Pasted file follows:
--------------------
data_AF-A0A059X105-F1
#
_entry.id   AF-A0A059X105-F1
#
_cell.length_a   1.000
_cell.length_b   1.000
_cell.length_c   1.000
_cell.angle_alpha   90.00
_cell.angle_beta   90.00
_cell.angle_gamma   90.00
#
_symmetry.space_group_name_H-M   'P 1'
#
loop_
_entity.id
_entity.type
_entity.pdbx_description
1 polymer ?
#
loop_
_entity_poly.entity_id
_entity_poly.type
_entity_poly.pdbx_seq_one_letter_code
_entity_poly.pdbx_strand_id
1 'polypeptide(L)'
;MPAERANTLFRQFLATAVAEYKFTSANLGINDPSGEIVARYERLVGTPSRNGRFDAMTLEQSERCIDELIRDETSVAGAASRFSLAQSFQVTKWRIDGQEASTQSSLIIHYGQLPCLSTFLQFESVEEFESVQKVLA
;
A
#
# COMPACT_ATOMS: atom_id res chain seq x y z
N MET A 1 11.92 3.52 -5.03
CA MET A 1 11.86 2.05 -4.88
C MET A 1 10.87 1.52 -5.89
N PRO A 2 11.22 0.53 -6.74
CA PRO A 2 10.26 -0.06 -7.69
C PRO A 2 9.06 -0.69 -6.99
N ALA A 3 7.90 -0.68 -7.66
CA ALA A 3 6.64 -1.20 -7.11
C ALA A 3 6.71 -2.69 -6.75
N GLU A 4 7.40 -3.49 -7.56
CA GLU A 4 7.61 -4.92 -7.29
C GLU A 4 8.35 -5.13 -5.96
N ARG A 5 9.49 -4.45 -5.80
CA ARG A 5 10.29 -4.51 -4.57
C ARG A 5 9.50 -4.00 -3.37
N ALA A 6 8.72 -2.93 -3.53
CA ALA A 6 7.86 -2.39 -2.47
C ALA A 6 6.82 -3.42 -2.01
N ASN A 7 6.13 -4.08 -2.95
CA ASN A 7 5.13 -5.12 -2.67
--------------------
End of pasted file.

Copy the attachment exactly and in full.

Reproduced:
data_AF-A0A059X105-F1
#
_entry.id   AF-A0A059X105-F1
#
_cell.length_a   1.000
_cell.length_b   1.000
_cell.length_c   1.000
_cell.angle_alpha   90.00
_cell.angle_beta   90.00
_cell.angle_gamma   90.00
#
_symmetry.space_group_name_H-M   'P 1'
#
loop_
_entity.id
_entity.type
_entity.pdbx_description
1 polymer ?
#
loop_
_entity_poly.entity_id
_entity_poly.type
_entity_poly.pdbx_seq_one_letter_code
_entity_poly.pdbx_strand_id
1 'polypeptide(L)'
;MPAERANTLFRQFLATAVAEYKFTSANLGINDPSGEIVARYERLVGTPSRNGRFDAMTLEQSERCIDELIRDETSVAGAASRFSLAQSFQVTKWRIDGQEASTQSSLIIHYGQLPCLSTFLQFESVEEFESVQKVLA
;
A
#
# COMPACT_ATOMS: atom_id res chain seq x y z
N MET A 1 11.92 3.52 -5.03
CA MET A 1 11.86 2.05 -4.88
C MET A 1 10.87 1.52 -5.89
N PRO A 2 11.22 0.53 -6.74
CA PRO A 2 10.26 -0.06 -7.69
C PRO A 2 9.06 -0.69 -6.99
N ALA A 3 7.90 -0.68 -7.66
CA ALA A 3 6.64 -1.20 -7.11
C ALA A 3 6.71 -2.69 -6.75
N GLU A 4 7.40 -3.49 -7.56
CA GLU A 4 7.61 -4.92 -7.29
C GLU A 4 8.35 -5.13 -5.96
N ARG A 5 9.49 -4.45 -5.80
CA ARG A 5 10.29 -4.51 -4.57
C ARG A 5 9.50 -4.00 -3.37
N ALA A 6 8.72 -2.93 -3.53
CA ALA A 6 7.86 -2.39 -2.47
C ALA A 6 6.82 -3.42 -2.01
N ASN A 7 6.13 -4.08 -2.95
CA ASN A 7 5.13 -5.12 -2.67